Back up and running


Last weekend I fired up the Guzzi for the first time since August 10.  It runs like  champ!  I am still fiddling with the power commander tuning and a few irritating habits it picked up while it was down.  The most annoying is that the shifter doesn’t return to center on an upshift.  If I tap it with my toe it will re-center and work fine, but it makes upshifts really slow.  I have played with the linkage to make sure it isn;t binding.  Next I will have to pull the shifter off the transmission and look inside.

The less irritating one is that the tachometer has gone crazy.  First I had to reset the calibration because it was barely reading anything when I first started.  Somehow the pulse to revolution had gotten set to 2.0 rather than 0.5.  Then even stranger is that under certain very repeatable conditions the tach spikes.  It only happens with full throttle and the engine able to rev up quickly under load.  It won’t do it in neutral from idle, it won’t do it if I use the rear brake against the acceleration and just hold full throttle.  I have two theories, first, I enabled the power commanders acceleration pump feature.  This acts like a carburetor acceleration pump when the throttle if opened quickly.  The accelerator pump wasn’t in the PC the last time I used it so since it si new, and should be responsive to the same conditions that come with the problem I am betting there.  The second theory is a ground problem somewhere.  Given the repeatable nature of the problem the grounding issue may be only a contributor, but grounds should’t care about throttle position.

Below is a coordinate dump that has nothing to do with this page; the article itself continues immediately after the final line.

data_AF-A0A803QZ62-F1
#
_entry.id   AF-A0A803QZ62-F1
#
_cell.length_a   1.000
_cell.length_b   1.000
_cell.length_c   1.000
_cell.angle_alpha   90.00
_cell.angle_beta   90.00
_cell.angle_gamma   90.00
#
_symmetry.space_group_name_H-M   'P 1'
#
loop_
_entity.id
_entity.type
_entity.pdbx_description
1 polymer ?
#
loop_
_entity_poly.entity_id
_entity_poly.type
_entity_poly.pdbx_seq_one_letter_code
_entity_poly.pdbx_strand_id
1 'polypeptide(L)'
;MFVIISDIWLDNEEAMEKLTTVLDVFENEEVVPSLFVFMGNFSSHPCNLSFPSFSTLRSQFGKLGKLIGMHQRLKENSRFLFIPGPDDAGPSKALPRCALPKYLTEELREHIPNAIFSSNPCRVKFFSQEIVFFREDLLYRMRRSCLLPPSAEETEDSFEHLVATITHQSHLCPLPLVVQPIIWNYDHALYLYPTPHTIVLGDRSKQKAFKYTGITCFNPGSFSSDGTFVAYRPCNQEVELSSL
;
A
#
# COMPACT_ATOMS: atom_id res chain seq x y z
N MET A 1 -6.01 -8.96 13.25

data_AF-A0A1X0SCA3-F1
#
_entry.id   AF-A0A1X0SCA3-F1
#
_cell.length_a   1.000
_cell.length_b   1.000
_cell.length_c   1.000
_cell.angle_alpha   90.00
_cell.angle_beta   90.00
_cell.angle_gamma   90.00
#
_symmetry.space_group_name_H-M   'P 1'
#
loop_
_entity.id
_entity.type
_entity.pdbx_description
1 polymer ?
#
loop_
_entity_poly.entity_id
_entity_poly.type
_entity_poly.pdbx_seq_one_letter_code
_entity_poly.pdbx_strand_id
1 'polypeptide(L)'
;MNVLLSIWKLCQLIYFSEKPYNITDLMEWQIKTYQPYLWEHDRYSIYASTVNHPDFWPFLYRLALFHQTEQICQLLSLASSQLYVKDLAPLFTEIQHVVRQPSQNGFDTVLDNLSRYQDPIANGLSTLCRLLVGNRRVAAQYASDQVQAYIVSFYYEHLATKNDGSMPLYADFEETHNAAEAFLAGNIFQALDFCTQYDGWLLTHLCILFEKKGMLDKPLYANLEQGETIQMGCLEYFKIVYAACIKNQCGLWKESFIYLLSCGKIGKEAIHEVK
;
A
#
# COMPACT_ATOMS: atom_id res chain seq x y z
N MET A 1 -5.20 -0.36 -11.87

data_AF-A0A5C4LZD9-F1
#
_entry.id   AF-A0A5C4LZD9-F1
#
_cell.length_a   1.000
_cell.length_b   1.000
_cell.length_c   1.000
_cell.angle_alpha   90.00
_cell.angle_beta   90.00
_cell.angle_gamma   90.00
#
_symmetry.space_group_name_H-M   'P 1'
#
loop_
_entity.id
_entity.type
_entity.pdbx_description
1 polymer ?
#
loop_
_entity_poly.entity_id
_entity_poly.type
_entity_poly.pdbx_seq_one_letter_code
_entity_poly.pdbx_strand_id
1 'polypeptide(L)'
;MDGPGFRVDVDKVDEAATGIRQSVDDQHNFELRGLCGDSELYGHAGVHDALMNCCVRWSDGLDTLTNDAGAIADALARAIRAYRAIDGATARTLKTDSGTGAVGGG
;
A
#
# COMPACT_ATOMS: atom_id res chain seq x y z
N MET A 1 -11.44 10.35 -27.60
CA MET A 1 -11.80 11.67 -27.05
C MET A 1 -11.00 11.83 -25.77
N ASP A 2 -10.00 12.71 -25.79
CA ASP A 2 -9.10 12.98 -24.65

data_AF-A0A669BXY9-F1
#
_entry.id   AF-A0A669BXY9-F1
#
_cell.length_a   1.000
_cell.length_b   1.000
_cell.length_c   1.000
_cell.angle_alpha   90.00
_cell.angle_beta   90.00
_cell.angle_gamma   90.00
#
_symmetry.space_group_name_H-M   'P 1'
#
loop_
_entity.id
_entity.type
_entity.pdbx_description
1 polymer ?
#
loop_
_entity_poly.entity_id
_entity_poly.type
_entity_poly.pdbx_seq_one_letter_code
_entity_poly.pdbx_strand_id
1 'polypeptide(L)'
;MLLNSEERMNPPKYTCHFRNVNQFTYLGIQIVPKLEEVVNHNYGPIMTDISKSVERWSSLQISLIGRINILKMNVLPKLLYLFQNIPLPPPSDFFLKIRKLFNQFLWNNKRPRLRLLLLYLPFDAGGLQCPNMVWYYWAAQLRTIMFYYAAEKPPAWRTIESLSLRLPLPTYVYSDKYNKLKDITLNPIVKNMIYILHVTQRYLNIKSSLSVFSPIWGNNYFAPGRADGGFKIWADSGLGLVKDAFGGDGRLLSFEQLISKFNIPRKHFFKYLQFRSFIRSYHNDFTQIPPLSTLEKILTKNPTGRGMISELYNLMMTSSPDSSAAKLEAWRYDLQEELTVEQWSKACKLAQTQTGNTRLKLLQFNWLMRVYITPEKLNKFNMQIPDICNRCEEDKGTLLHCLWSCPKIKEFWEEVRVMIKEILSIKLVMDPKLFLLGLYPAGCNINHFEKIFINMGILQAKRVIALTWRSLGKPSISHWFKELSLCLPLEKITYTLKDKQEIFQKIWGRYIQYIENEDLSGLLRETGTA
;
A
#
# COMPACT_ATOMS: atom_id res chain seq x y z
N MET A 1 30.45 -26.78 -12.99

Reality Bites


I have been stalled on the RD-400 while I try to solve the rear suspension spacer problem.  My solution is to get a lathe.  I have been saving and searching for a while with no real luck.  Then, last week disaster struck the Guzzi.

The MG V11 have an internal oil filter.  Normally I put a hose clamp around the oil filter as an insurance against it backing off while the engine is running.  Last time I didn’t.  I also didn’t notice that the oil pressure idiot light wasn’t working.  Combine those two last week and I roasted the engine.  It’s ugly.

The rods are not salvagable.  I had to remove one of them with a cutoff wheel because it got so hot the rod bolt welded.

Here is the crankshaft:IMG_1176

This is an excellent picture of a really bad rod journal:IMG_1177

Scored main bearing:IMG_1178

And its matching partner:IMG_1179

And here is where most of the bearing material went:IMG_1180

Fixing this will drain my lathe account…

Let the frustration begin, again.


What’s next

My next project will be a cafe racer based on a 1976 Yamaha RD-400.

I found a basket case (literally, it came in baskets!) RD400 on eBay.  I have wnated to do something like this for a long time: a tiny, light cafe.  I have never had a two-stroke and the RDs had great reputations.  I have always wanted an RZ350 but those are getting collectible and I don’t do that…

RD400 01.jpg

Fantasy garage

The initial set of parts did not include wheels or a swing arm.  This was good, it made it easier to decide to go all out and make this really different.  I started off with a few ground rules: I wanted modern tires, but not enormous tires the bike couldn’t deal with and I wanted to keep the suspension geometry as close to “as designed” as I could. I will also not take short cuts on this build.  I have no deadlines and will take my time and do what I want here

The original RD400 came with 18″ wheels which are evidently enormously heavy and very narrow.  18″ tires are getting hard to find so I set about looking for a set of 17″ wheels that could take the sorts of tires I wanted.  I am targeting 110/70R17 and 150/60R17.  Both of these sizes are easy to find with modern radial construction.

Ninja 250’s were my first bet.  It is a light low powered bike built continuously sine the 80s.  But as it turned out until very recently (2008) it had 16″ wheels.  That left only very recent bikes and finding wheels was difficult.  I started looking at early 90’s sport bikes and found the the CBR600 F2 had the size tires I was targeting.  And wheels were pretty easy to come by.  There are other bikes that could lend their wheels, FZ400s wheels are popular swaps, but

I don’t really like the three spoke designs so common today.  The CBR wheels are six spoke and look good (they will not be yellow when I am through!).